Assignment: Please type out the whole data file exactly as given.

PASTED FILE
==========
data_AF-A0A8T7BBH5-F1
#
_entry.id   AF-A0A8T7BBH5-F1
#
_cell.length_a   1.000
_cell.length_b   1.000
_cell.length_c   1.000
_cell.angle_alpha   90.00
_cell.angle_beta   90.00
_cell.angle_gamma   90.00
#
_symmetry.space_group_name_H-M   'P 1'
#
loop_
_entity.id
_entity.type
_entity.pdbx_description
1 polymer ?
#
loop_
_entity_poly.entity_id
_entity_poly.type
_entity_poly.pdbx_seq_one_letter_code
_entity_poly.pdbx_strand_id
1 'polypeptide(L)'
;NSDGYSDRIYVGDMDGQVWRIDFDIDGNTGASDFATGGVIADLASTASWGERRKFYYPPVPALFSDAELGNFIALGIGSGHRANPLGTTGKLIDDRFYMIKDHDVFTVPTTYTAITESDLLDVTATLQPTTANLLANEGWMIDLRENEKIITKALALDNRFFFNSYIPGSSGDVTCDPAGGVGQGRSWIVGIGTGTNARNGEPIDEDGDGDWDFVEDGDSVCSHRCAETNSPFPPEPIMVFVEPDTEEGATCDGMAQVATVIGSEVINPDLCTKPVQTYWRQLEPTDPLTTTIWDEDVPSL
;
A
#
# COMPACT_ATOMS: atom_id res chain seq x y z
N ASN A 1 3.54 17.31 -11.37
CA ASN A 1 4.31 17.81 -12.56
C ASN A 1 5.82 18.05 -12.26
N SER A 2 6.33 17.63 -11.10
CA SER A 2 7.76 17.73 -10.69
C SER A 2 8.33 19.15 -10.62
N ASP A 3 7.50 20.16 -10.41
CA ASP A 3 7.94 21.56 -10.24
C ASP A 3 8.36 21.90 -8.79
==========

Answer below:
data_AF-A0A8T7BBH5-F1
#
_entry.id   AF-A0A8T7BBH5-F1
#
_cell.length_a   1.000
_cell.length_b   1.000
_cell.length_c   1.000
_cell.angle_alpha   90.00
_cell.angle_beta   90.00
_cell.angle_gamma   90.00
#
_symmetry.space_group_name_H-M   'P 1'
#
loop_
_entity.id
_entity.type
_entity.pdbx_description
1 polymer ?
#
loop_
_entity_poly.entity_id
_entity_poly.type
_entity_poly.pdbx_seq_one_letter_code
_entity_poly.pdbx_strand_id
1 'polypeptide(L)'
;NSDGYSDRIYVGDMDGQVWRIDFDIDGNTGASDFATGGVIADLASTASWGERRKFYYPPVPALFSDAELGNFIALGIGSGHRANPLGTTGKLIDDRFYMIKDHDVFTVPTTYTAITESDLLDVTATLQPTTANLLANEGWMIDLRENEKIITKALALDNRFFFNSYIPGSSGDVTCDPAGGVGQGRSWIVGIGTGTNARNGEPIDEDGDGDWDFVEDGDSVCSHRCAETNSPFPPEPIMVFVEPDTEEGATCDGMAQVATVIGSEVINPDLCTKPVQTYWRQLEPTDPLTTTIWDEDVPSL
;
A
#
# COMPACT_ATOMS: atom_id res chain seq x y z
N ASN A 1 3.54 17.31 -11.37
CA ASN A 1 4.31 17.81 -12.56
C ASN A 1 5.82 18.05 -12.26
N SER A 2 6.33 17.63 -11.10
CA SER A 2 7.76 17.73 -10.69
C SER A 2 8.33 19.15 -10.62
N ASP A 3 7.50 20.16 -10.41
CA ASP A 3 7.94 21.56 -10.24
C ASP A 3 8.36 21.90 -8.79